A (4.00): Outstanding work. Outstanding achievement relative to the level necessary to meet course requirements. Performance was of the highest level. Excellence while meeting course objectives was sustained throughout the course. Not only was the student’s performance clearly and significantly above satisfactory, it was also of an independent and creative nature.
A- (3.70): Excellent work. Excellent achievement relative to the level necessary to meet course requirements. Performance was clearly and significantly above satisfactory, and was creative and independent.
B+ (3.30): Very good work. Achievement above the level necessary to meet course requirements. Performance was very good, although not of the highest level. Performance was clearly and significantly above satisfactory fulfillment of course requirements.
B (3.00): Satisfactory work. Achievement that meets the course requirements. Performance was adequate, although marginal in quality.
B- (2.70): Good work. Achievement at a level just above that necessary to meet course requirements. Performance was notable.
C (2.00): Minimum passing work. Achievement barely worthy of credit. Student demonstrated unsatisfactory achievement in meeting course objectives, yet fulfilled a sufficient enough portion of the course objectives that repeating the course is not necessary unless required by the academic unit.
F (0.00): Failed – no credit. A failure to meet course requirements. The work of course objectives were either: 1) completed but not at a level of achievement that is worthy of credit, or 2) have not been completed and there was no agreement between the instructor and the student that the student would be awarded an “I” (incomplete).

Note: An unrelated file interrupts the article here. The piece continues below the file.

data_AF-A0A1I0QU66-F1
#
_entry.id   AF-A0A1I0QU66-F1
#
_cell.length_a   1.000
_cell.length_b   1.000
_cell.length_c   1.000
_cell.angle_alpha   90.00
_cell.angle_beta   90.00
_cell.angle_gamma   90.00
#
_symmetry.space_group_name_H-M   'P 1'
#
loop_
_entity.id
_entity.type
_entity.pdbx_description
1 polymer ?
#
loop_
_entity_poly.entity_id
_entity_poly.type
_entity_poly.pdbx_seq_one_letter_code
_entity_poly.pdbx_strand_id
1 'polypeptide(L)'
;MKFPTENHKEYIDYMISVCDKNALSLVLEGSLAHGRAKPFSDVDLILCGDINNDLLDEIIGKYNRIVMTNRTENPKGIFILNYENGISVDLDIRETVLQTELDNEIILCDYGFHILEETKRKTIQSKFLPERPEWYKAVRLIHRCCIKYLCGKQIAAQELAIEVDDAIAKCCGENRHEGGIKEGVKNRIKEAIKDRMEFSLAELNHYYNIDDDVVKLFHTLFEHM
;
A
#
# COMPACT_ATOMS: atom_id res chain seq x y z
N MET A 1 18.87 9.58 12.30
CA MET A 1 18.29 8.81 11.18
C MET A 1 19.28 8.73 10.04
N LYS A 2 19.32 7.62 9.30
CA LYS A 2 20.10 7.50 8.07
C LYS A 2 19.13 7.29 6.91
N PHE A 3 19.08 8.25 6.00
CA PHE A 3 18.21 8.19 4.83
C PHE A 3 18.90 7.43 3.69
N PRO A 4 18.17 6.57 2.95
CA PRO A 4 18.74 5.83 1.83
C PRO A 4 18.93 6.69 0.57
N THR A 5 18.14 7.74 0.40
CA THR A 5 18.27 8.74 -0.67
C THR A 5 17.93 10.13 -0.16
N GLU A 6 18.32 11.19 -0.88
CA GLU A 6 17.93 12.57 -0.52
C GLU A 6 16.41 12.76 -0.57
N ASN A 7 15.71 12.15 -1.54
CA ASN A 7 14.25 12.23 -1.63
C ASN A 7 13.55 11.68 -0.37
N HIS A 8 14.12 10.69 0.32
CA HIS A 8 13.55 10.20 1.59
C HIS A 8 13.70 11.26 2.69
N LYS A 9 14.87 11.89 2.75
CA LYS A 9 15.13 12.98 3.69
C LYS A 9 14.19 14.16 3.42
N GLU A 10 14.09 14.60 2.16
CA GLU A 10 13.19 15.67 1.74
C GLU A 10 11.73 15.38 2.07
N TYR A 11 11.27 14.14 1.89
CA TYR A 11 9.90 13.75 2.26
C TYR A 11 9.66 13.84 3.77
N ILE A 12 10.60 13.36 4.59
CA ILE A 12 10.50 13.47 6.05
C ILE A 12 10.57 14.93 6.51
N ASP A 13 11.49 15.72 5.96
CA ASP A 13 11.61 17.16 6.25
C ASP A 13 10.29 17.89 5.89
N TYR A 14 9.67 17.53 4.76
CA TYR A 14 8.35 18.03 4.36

Failure to meet assignment and project deadlines will result in lowered grades. For each class day the assignment is overdue, its grade will be lowered one full letter. Documentation of your progress MUST be reflected in your submission pages or it will not count as finished!
Special considerations will NOT be given to students on the basis of technical difficulties, if alternative solutions were not actively pursued. Students are expected to use their time and energies wisely.
Attendance at ALL class sessions is mandatory for successful completion of this course. You are responsible for all material presented in class and it is important that you do not miss any classes! Students are expected to come to class on time, ready to work with all necessary supplies and materials. Pratt policy states three or more unexcused absences will result in the failing of the course. Only the following would be considered an excused absence:
Instructors have the right to request documentation verifying the basis of any absences resulting from the above factors. Do not ask the instructor if it is all right to miss a class for any other reason. An excused absence does not excuse the student from making up class time missed in a timely manner. Attendance will be taken daily and arriving to Lecture/Lab component 30 minutes late and/or leaving more that 30 minutes early will be recorded and counts as one-half of an unexcused absence. Signing in for any other student will result in a failing grade.
Calendar / Section 1
Projects / Section 1
Student Work / Section 1
In alphabetical order, Eric is an animator, artist, designer, developer and musician. He is a graduate of Cranbrook Academy of Art, MFA 2007, and Missouri State University, BFA 2005. Originally from Kansas City, Eric has worked for the past three years as a freelance motion graphics designer and interactive developer in New York. His client list includes JPMorgan, Macys.com, The Rockefeller Group, Cushman & Wakefield and Opie & Anthony.